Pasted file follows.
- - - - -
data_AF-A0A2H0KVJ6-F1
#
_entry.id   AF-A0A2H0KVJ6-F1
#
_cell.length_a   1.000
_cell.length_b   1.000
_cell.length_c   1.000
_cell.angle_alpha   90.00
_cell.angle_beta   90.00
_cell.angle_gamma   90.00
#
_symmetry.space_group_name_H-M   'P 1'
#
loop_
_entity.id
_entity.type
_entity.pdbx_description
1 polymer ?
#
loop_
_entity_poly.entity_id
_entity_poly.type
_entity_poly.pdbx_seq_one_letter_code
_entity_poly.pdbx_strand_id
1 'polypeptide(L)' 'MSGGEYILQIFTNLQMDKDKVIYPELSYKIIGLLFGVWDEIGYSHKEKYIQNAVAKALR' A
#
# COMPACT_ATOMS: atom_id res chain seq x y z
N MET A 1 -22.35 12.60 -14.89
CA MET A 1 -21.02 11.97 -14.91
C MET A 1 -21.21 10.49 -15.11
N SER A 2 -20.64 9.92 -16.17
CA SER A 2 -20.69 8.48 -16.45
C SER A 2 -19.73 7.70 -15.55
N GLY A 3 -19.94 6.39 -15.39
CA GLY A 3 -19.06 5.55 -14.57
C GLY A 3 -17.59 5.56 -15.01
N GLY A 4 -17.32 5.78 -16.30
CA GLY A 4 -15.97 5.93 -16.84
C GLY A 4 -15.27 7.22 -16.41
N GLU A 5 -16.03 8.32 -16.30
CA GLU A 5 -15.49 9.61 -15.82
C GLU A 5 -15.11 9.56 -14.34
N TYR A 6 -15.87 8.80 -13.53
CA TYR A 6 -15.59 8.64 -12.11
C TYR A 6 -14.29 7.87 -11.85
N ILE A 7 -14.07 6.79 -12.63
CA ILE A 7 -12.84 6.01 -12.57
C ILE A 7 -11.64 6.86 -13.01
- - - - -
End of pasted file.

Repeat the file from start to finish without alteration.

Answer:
data_AF-A0A2H0KVJ6-F1
#
_entry.id   AF-A0A2H0KVJ6-F1
#
_cell.length_a   1.000
_cell.length_b   1.000
_cell.length_c   1.000
_cell.angle_alpha   90.00
_cell.angle_beta   90.00
_cell.angle_gamma   90.00
#
_symmetry.space_group_name_H-M   'P 1'
#
loop_
_entity.id
_entity.type
_entity.pdbx_description
1 polymer ?
#
loop_
_entity_poly.entity_id
_entity_poly.type
_entity_poly.pdbx_seq_one_letter_code
_entity_poly.pdbx_strand_id
1 'polypeptide(L)' 'MSGGEYILQIFTNLQMDKDKVIYPELSYKIIGLLFGVWDEIGYSHKEKYIQNAVAKALR' A
#
# COMPACT_ATOMS: atom_id res chain seq x y z
N MET A 1 -22.35 12.60 -14.89
CA MET A 1 -21.02 11.97 -14.91
C MET A 1 -21.21 10.49 -15.11
N SER A 2 -20.64 9.92 -16.17
CA SER A 2 -20.69 8.48 -16.45
C SER A 2 -19.73 7.70 -15.55
N GLY A 3 -19.94 6.39 -15.39
CA GLY A 3 -19.06 5.55 -14.57
C GLY A 3 -17.59 5.56 -15.01
N GLY A 4 -17.32 5.78 -16.30
CA GLY A 4 -15.97 5.93 -16.84
C GLY A 4 -15.27 7.22 -16.41
N GLU A 5 -16.03 8.32 -16.30
CA GLU A 5 -15.49 9.61 -15.82
C GLU A 5 -15.11 9.56 -14.34
N TYR A 6 -15.87 8.80 -13.53
CA TYR A 6 -15.59 8.64 -12.11
C TYR A 6 -14.29 7.87 -11.85
N ILE A 7 -14.07 6.79 -12.63
CA ILE A 7 -12.84 6.01 -12.57
C ILE A 7 -11.64 6.86 -13.01